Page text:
DiFranco v. Pickard

Decision Date10 February 1987
Docket NumberDocket Nos. 74692,74867,75299 and 75811,75263
Citation427 Mich. 32,398 N.W.2d 896
PartiesThomas DiFRANCO, Plaintiff-Appellant, v. Maurice H. PICKARD, Defendant-Appellee. Douglas BURK, Plaintiff-Appellant, v. David WARREN, Defendant-Appellee. Roderick Bruce PAUPORE, Plaintiff-Appellant, v. Betty A. ROUSE and Yvonne Johnson, Personal Representative of the Estate of Gerald D. Rouse, jointly and severally, Defendants-Appellees. Frederick KUCERA, Plaintiff-Appellant, v. Mark Richard NORTON, Defendant-Appellee. Harley ROUTLEY, Plaintiff-Appellant, v. Gregory Robert DAULT, Defendant-Appellee.
CourtMichigan Supreme Court

Eggenberger, Eggenberger, McKinney & Weber, P.C. by William D. Eggenberger, Detroit, for Amicus Curiae State Farm Mutual Insurance Co.

Philip C. Dean, East Lansing, for plaintiff-appellant, Burke.

Fraser Trebilcock Davis & Foster, P.C., Lansing, for defendant-appellee, Warren.

Clancey & Price, P.C. by Philip A. Clancey, Traverse City, for plaintiff-appellant, Paupore.

Bensinger, Combs & Cotant, P.C. by Richard G. Bensinger, Gaylord, for defendants-appellees, Rouse.

Clancey & Price, P.C. by Philip A. Clancey, Traverse City, for plaintiff-appellant, Kucera.

Read & Griffin by Douglas J. Read, Traverse City (Gromek, Bendure & Thomas by Carl L. Gromek, Nancy L. Bosh, Detroit, of counsel) for defendant-appellee, Norton.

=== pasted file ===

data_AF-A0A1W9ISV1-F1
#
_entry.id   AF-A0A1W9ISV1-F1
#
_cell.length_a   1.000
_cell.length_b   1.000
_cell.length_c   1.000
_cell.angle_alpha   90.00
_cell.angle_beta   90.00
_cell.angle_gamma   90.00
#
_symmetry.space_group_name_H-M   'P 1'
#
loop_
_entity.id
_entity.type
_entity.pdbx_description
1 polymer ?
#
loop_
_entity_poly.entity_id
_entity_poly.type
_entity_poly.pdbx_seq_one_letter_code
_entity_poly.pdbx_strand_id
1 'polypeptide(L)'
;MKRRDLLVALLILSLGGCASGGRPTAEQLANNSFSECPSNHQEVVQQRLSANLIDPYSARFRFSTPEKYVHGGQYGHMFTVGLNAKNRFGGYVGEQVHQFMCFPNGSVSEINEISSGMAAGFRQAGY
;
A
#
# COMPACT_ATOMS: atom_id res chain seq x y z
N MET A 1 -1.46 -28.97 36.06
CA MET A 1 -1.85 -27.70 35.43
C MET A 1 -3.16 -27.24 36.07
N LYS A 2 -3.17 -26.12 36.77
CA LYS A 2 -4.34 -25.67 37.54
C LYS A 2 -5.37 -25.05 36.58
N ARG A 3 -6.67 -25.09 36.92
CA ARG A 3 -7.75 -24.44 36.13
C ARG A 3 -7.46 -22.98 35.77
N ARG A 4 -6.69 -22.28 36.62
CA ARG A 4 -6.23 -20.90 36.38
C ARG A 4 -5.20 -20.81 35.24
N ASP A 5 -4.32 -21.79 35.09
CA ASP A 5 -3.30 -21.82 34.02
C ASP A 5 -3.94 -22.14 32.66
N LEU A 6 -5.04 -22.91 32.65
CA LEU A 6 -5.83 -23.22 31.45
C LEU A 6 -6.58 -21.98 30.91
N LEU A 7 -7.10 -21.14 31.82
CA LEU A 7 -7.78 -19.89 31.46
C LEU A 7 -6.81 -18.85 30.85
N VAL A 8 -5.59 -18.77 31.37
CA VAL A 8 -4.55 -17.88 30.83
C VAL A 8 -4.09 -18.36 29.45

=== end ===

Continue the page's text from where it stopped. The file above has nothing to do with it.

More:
Law Offices of Norman C. Halbower, P.C., Muskegon, James K. Oslund, for plaintiff-appellant, Routley.

Bensinger, Combs & Cotant, P.C. by Richard G. Bensinger, Gaylord, for defendant-appellee, Dault.

Michigan Trial Lawyers Association by Thomas H. Hay, Anderson, Hay & Wonch, P.C., Lansing, for amicus curiae.

CAVANAGH, Justice.

Section 3135(1) of Michigan's no-fault automobile insurance law 1 permits a person injured in a motor vehicle accident to recover damages for noneconomic loss from a negligent owner or operator of a motor vehicle only if the person suffered death, serious impairment of body function, or permanent serious disfigurement:

"A person remains subject to tort liability for noneconomic loss caused by his or her ownership, maintenance, or use of a motor vehicle only if the injured person has suffered death, serious impairment of body function, or permanent serious disfigurement." M.C.L. Sec. 500.3135(1); M.S.A. Sec. 24.13135(1).

In each of these five cases, the plaintiff attempted to recover noneconomic damages by alleging that he had suffered a serious impairment of body function. Applying the rules articulated in Cassidy v. McGovern, 415 Mich. 483, 330 N.W.2d 22 (1982), the Court of Appeals held in each case that the plaintiff had not incurred sufficiently serious injuries to meet the threshold requirements of Sec. 3135(1).

Determining whether a person sustained a serious impairment of body function is a multifaceted problem. Since Cassidy was decided, the Court of Appeals has published approximately forty opinions on the subject. Some of these opinions have reached conflicting legal and factual conclusions. Since Sec. 3135(1) limits noneconomic damages which are ordinarily recoverable in a tort cause of action, we must determine the parameters of those limitations with reference to the Legislature's intent, as expressed in the statutory language and legislative history. The conclusions we reach must then be articulated in a workable set of rules for the bench and bar. With these goals in mind, we have reviewed Sec. 3135(1), Cassidy, and the cases interpreting them, and hold as follows: